Arthroscopically assisted reduction of type 1A ankle Fractures in Children: Case Report


What to Learn from this Article?

1. Insideous presentations of ankle physeal injuries?

2.Importance of arthroscopic assisted reduction and fixation of ankle physeal injuries?

Journal of Orthopaedic Case Reports 2013 April-June;3(2):12-15 | Zaid Al-Aubaidi

Authors: Zaid Al-Aubaidi [1]

[1] Orthopedic surgical department, Pediatric division, Odense university hospital/ Denmark.

 Address of Correspondence:

Dr Zaid Al-Aubaidi: Orthopedic surgical department, Pediatric division, Odense university hospital/ Denmark. Email:


Introduction: The risk of growth arrest following paediatric ankle fractures type 1 A is very high. Therefore all attempts should be done to anatomically reduce this kind of fracture. The advances in ankle arthroscopy have brought the possibility to reduce these fractures under direct vision, without the need of capsulotomy. The purpose of this paper is to stress the importance of the use of arthroscopically assisted reduction of type 1 A fractures.

 Case Report: We describe two cases with SH type IV fractures of the distal medial tibia, one treated with open reduction and percutaneous screw fixation and the other treated with arthroscopically assisted reduction and percutaneous screw fixation. The first case ended with severe growth disturbance, while the second gave a very good result.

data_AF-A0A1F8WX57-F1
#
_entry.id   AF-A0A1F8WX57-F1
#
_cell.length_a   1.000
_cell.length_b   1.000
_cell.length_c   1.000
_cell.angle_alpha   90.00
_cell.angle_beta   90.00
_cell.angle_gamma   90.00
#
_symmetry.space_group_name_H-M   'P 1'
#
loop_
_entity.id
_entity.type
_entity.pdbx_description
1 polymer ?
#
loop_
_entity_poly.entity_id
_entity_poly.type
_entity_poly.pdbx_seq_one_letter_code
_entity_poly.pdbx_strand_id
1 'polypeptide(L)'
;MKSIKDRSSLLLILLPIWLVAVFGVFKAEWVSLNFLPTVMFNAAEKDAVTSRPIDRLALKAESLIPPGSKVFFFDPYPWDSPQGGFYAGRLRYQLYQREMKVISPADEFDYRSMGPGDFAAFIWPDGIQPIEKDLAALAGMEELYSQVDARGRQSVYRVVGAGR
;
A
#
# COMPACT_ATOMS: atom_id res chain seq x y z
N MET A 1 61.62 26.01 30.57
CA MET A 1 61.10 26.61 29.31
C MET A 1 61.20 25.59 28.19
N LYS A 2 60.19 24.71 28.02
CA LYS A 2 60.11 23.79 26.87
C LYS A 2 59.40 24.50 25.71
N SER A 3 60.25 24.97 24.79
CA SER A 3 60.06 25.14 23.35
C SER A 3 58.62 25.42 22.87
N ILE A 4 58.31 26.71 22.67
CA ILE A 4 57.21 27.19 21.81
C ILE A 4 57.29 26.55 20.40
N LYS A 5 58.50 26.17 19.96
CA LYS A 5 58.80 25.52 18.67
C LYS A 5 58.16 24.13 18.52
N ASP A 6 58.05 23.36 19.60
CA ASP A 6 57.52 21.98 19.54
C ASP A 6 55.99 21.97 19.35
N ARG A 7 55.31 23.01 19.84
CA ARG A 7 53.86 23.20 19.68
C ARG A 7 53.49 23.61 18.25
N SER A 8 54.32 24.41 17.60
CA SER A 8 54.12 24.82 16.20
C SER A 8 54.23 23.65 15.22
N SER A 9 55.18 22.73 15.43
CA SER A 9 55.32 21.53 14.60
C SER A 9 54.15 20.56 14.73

Conclusion: The use of arthroscopically assisted reduction of type 1 A fractures should be considered to ensure anatomical reduction.

 Keywords: ankle fracture, children, arthroscopic assisted reduction


Pediatric ankle fractures with involvement of growth plate is the next most frequent after wrist fractures with an incidence of around 30% and estimated to encompass between 33-38% of all physeal fractures in children [1-3]. The asymmetrical closure of the distal tibial growth plate starts medially and then progresses laterally. This explains the pattern of adolescent ankle fractures as the Tillaux and Triplane [3-9].